68 pages (including covers)
Cover price: $2.25
It's a real-space-heavy issue, a true NASA-lover's delight. Meanwhile, the various controversies take a low profile this issue, as the magazine gets down to its usual bring-us-the-news business.
Publisher Kerry O'Quinn's From the Bridge column is a collection of reader letters (including someone accusing O'Quinn's editorials of ruining Starlog) and his responses; Communications letters include reader reactions to Howard Zimmerman's criticism of Cosmos, feedback on the magazine's 3-D coverage, and more; short news items in Log Entries include information about the upcoming Dino De Laurentiis Conan movie, a Howard the Duck lawsuit, DC Comics' Green Lantern Corps mini-series, and more.
James H. Burns interviews Bob Balaban, star of Altered States; David Gerrold uses his Rumblings column to urge readers to actively support the U.S. space program; Alan Brender interviews Verna Fields, the studio executive behind The Incredible Shrinking Woman; Brender also pens a studio-by-studio roundup of science-fiction film and television productions that were affected by the 1980 actors strike; it's real-science time again, as Joseph Veverka steps into Jonathan Eberhart's sciency shoes and writes the first of a two-part feature on Voyager's trip to Saturn; Michael Smith previews the Disney Condorman movie; Suzanne Weyn profiles artist Walter Velez; Bjo Trimble's Fan Scene is the second blow of the one-two punch of Gerrold-Trimble this month, as she urges readers to write to politicians to get them to support space exploration; Bill Pearson and David Hirsch explore the miniature models used in the Flash Gordon movie; Ron Goulart goes "From Flash Gordon to Wash Tubbs" in part four of his "SF in the Comics" series; Alan Brender interviews Flash Gordon director Mike Hodges; David Hirsch's In Syndication column premieres, covering the syndicated world of genre programs; and Howard Zimmerman answers readers' criticisms of his negative take on Cosmos.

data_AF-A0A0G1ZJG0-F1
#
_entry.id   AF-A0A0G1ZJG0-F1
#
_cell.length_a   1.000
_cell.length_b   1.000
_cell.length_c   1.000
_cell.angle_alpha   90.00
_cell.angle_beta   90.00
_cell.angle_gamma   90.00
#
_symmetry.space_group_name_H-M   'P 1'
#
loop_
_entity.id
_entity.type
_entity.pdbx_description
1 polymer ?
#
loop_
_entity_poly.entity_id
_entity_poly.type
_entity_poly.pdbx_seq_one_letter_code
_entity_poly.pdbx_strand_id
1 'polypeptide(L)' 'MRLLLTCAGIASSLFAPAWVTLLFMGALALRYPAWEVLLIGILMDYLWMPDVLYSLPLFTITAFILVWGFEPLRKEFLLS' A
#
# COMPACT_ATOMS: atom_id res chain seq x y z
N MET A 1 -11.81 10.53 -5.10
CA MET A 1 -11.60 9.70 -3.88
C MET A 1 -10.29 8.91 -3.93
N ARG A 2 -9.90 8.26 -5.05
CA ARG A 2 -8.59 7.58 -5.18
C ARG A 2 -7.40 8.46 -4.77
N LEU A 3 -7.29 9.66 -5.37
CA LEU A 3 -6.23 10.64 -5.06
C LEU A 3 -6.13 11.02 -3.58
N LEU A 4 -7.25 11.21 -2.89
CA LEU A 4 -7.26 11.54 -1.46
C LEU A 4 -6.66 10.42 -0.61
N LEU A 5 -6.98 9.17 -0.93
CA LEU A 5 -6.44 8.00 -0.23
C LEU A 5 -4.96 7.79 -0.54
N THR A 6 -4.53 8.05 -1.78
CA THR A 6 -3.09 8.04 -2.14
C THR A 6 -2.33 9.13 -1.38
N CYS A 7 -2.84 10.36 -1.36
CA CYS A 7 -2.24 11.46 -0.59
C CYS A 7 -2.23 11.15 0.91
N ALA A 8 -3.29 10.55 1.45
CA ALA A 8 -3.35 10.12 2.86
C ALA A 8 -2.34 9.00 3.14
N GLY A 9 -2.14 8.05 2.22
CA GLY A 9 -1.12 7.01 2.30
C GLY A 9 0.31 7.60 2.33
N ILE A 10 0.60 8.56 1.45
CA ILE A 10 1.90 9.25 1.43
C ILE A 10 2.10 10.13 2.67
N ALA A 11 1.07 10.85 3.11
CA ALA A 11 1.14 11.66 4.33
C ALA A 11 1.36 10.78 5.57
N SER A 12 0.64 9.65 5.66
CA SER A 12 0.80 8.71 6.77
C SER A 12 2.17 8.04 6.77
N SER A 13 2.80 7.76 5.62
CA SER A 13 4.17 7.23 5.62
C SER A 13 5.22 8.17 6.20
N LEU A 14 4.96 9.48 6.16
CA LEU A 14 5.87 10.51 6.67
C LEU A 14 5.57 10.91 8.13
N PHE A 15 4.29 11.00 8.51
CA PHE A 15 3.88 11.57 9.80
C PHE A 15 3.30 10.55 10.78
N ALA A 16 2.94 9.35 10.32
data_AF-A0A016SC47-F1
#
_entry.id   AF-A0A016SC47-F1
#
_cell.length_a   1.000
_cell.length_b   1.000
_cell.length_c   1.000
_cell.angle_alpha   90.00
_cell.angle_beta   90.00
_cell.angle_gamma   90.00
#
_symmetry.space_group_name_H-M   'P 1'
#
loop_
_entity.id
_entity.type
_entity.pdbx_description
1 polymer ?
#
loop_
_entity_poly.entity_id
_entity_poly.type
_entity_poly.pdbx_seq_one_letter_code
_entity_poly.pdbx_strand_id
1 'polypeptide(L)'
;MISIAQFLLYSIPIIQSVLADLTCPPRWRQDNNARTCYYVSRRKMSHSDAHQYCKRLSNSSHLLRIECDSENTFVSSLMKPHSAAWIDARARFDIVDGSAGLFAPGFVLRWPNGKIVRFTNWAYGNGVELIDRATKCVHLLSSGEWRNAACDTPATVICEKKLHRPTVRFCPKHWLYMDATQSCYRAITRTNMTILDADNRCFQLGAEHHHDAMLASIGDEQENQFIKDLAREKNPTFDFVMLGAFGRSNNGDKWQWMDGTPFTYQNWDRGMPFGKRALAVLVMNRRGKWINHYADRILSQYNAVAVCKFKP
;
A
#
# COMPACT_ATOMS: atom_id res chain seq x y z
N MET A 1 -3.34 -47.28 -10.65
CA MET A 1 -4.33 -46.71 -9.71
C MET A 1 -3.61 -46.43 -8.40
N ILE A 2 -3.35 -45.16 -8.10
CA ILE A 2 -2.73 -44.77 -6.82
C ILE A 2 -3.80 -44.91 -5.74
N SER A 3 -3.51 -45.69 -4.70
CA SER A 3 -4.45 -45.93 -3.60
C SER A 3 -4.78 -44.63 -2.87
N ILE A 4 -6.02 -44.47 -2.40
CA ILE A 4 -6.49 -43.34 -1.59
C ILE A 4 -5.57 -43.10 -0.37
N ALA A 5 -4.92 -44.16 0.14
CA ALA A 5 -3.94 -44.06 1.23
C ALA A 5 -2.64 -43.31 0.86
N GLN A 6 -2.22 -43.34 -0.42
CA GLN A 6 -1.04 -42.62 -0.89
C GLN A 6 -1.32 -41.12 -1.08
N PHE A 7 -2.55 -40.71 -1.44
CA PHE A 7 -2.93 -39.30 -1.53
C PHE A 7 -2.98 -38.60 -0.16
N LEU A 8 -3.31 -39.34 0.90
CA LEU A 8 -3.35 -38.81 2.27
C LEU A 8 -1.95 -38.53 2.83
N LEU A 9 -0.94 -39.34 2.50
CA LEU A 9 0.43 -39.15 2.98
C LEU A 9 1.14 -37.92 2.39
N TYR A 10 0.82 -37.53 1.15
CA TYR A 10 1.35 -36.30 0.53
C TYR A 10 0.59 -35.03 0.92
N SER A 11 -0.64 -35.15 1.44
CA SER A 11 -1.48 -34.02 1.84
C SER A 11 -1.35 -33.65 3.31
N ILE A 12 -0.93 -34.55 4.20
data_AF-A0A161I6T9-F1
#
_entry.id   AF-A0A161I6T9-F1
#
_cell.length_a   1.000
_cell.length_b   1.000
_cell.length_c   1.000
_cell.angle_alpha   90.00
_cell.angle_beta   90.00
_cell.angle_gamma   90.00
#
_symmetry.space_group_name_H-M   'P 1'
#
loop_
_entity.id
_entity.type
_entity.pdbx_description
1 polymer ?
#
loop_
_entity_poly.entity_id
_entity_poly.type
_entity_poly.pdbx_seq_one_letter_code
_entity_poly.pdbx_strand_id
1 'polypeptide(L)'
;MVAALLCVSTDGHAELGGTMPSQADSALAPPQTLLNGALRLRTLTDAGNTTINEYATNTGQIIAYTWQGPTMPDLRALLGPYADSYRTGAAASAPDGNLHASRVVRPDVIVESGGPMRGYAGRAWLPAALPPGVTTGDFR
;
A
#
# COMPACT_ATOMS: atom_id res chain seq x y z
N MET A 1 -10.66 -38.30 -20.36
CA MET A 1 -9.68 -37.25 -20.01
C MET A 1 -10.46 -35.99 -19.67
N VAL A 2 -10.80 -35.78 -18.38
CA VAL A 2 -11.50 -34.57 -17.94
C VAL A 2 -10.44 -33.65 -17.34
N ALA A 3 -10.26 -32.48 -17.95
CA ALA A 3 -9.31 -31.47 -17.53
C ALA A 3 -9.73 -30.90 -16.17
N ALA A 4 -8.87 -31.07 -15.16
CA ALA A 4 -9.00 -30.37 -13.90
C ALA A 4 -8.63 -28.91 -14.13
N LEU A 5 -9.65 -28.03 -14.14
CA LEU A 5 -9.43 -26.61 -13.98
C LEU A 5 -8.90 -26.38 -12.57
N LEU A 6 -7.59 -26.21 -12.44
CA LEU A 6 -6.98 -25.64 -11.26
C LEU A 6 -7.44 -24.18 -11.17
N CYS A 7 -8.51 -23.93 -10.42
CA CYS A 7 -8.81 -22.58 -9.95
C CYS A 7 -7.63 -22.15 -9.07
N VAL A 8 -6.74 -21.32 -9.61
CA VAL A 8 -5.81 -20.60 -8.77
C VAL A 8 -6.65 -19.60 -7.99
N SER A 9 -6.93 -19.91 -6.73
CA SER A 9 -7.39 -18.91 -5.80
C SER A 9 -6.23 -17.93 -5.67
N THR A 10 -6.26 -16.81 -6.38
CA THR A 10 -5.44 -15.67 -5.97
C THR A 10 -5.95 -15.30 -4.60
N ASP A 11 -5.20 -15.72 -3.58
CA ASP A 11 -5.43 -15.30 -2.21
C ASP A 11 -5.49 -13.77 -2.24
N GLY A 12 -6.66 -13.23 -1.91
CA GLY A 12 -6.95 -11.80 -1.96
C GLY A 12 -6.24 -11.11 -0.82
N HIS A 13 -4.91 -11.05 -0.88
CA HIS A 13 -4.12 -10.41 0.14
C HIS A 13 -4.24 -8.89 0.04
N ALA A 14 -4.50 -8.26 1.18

"The initial sequence saw Flash and Dale on Mongo being hunted as outlaws by the forces of Ming the Merciless, a price of 'a thousand gold mingols' on their heads. The first line Flash speaks sets the style for what is to follow for the next few years. As he pilots a rocketship, one-handed, toward a safer patch of territory, he says, with Dale perched on his lap, 'Alone at last!' Almost immediately, their ship explodes."
--Ron Goulart, writer, "SF in the Comics: Part IV: From Flash Gordon to Wash Tubbs"To view previous Starlog issue descriptions, click on "Starlog Internet Archive Project" in the keywords below.